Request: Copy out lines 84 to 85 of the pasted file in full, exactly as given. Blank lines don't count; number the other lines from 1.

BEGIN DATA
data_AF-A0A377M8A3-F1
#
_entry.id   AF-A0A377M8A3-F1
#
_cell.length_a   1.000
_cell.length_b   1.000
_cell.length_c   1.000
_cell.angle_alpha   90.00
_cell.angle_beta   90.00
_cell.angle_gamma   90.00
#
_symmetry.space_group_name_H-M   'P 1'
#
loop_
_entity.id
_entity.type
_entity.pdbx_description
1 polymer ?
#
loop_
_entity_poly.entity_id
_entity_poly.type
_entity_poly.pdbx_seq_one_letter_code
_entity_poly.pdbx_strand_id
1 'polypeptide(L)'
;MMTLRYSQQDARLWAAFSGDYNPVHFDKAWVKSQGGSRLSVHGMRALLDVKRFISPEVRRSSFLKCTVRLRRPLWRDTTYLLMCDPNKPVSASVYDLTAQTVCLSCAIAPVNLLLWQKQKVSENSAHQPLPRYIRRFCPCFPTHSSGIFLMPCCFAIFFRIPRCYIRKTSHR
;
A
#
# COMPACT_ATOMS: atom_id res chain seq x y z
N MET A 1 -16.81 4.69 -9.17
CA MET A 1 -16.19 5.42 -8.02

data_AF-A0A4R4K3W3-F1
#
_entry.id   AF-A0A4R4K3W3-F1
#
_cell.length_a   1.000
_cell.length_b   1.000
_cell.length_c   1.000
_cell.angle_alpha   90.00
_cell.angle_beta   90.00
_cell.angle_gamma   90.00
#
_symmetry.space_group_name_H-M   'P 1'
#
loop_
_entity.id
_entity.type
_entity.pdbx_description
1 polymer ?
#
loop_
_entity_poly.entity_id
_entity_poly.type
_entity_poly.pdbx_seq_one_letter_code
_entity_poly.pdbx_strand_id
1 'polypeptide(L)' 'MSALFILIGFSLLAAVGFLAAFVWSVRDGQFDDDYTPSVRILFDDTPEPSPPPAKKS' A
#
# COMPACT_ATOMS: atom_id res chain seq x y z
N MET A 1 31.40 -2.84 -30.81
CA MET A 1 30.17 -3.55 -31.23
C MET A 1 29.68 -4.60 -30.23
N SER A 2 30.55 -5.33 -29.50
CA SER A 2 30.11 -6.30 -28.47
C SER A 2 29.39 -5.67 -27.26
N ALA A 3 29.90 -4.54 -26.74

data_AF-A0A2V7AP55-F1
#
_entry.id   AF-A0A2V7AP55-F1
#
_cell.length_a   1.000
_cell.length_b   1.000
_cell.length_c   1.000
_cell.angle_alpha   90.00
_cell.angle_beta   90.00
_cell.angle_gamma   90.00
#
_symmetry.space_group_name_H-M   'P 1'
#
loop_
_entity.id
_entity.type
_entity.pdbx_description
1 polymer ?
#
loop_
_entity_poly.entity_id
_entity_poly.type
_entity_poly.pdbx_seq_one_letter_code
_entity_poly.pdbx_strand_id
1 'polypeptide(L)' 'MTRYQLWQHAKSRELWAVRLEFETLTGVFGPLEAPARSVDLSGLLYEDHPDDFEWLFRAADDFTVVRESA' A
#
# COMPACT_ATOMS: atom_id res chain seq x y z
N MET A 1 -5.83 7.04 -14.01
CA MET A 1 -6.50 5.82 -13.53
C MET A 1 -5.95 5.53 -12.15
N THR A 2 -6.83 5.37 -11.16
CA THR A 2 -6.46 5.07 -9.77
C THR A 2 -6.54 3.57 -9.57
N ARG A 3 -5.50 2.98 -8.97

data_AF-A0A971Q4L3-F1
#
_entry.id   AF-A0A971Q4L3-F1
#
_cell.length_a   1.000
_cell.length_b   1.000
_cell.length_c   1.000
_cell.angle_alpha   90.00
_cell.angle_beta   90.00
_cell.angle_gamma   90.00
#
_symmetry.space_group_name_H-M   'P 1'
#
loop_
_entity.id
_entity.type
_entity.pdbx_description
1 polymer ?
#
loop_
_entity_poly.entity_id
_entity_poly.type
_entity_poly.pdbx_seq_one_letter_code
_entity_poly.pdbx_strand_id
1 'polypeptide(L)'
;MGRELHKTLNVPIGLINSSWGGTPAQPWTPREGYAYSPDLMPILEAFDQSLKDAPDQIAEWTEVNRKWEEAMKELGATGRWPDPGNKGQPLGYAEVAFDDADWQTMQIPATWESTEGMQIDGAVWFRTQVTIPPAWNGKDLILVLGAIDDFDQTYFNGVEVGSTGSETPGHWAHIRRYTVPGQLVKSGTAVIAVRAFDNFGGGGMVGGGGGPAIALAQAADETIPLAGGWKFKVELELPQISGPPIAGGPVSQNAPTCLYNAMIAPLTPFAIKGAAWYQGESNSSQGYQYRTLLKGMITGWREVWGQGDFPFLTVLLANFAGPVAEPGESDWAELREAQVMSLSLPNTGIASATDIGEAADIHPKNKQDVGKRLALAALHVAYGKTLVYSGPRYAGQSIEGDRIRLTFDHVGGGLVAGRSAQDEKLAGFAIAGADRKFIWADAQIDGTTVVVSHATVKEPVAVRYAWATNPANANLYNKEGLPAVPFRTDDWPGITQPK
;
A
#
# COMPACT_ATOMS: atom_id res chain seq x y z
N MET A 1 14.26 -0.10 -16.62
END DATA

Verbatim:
1 polymer ?
#